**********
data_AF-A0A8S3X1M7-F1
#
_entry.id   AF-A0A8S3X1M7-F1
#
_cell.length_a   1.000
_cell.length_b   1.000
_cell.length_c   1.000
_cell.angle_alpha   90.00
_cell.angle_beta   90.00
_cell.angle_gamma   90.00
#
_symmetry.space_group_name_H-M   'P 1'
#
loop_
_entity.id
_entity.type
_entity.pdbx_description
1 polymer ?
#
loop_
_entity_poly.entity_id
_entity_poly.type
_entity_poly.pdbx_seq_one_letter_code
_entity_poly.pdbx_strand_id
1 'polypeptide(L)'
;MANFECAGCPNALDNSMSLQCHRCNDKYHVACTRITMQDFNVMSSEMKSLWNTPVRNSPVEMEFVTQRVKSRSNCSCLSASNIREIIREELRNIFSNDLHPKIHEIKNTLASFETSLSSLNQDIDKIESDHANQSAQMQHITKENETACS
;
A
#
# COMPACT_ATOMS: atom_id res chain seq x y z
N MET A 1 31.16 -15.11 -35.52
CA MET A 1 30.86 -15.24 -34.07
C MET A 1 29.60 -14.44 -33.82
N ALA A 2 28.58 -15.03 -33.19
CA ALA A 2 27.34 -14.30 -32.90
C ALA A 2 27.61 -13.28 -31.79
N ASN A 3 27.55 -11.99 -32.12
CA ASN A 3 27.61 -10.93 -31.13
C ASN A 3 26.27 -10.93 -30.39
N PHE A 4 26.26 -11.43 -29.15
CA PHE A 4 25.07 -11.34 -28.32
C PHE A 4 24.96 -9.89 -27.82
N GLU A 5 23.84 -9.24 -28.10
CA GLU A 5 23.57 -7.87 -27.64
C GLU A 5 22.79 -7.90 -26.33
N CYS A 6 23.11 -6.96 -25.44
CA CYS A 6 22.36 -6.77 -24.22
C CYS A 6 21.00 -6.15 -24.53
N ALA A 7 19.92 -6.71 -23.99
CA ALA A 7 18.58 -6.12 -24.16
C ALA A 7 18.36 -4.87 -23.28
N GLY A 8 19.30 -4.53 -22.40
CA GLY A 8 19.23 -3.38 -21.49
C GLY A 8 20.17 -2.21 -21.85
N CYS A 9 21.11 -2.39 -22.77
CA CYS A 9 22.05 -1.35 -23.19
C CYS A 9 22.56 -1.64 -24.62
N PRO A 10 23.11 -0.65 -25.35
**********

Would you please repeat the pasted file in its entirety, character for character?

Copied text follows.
data_AF-A0A8S3X1M7-F1
#
_entry.id   AF-A0A8S3X1M7-F1
#
_cell.length_a   1.000
_cell.length_b   1.000
_cell.length_c   1.000
_cell.angle_alpha   90.00
_cell.angle_beta   90.00
_cell.angle_gamma   90.00
#
_symmetry.space_group_name_H-M   'P 1'
#
loop_
_entity.id
_entity.type
_entity.pdbx_description
1 polymer ?
#
loop_
_entity_poly.entity_id
_entity_poly.type
_entity_poly.pdbx_seq_one_letter_code
_entity_poly.pdbx_strand_id
1 'polypeptide(L)'
;MANFECAGCPNALDNSMSLQCHRCNDKYHVACTRITMQDFNVMSSEMKSLWNTPVRNSPVEMEFVTQRVKSRSNCSCLSASNIREIIREELRNIFSNDLHPKIHEIKNTLASFETSLSSLNQDIDKIESDHANQSAQMQHITKENETACS
;
A
#
# COMPACT_ATOMS: atom_id res chain seq x y z
N MET A 1 31.16 -15.11 -35.52
CA MET A 1 30.86 -15.24 -34.07
C MET A 1 29.60 -14.44 -33.82
N ALA A 2 28.58 -15.03 -33.19
CA ALA A 2 27.34 -14.30 -32.90
C ALA A 2 27.61 -13.28 -31.79
N ASN A 3 27.55 -11.99 -32.12
CA ASN A 3 27.61 -10.93 -31.13
C ASN A 3 26.27 -10.93 -30.39
N PHE A 4 26.26 -11.43 -29.15
CA PHE A 4 25.07 -11.34 -28.32
C PHE A 4 24.96 -9.89 -27.82
N GLU A 5 23.84 -9.24 -28.10
CA GLU A 5 23.57 -7.87 -27.64
C GLU A 5 22.79 -7.90 -26.33
N CYS A 6 23.11 -6.96 -25.44
CA CYS A 6 22.36 -6.77 -24.22
C CYS A 6 21.00 -6.15 -24.53
N ALA A 7 19.92 -6.71 -23.99
CA ALA A 7 18.58 -6.12 -24.16
C ALA A 7 18.36 -4.87 -23.28
N GLY A 8 19.30 -4.53 -22.40
CA GLY A 8 19.23 -3.38 -21.49
C GLY A 8 20.17 -2.21 -21.85
N CYS A 9 21.11 -2.39 -22.77
CA CYS A 9 22.05 -1.35 -23.19
C CYS A 9 22.56 -1.64 -24.62
N PRO A 10 23.11 -0.65 -25.35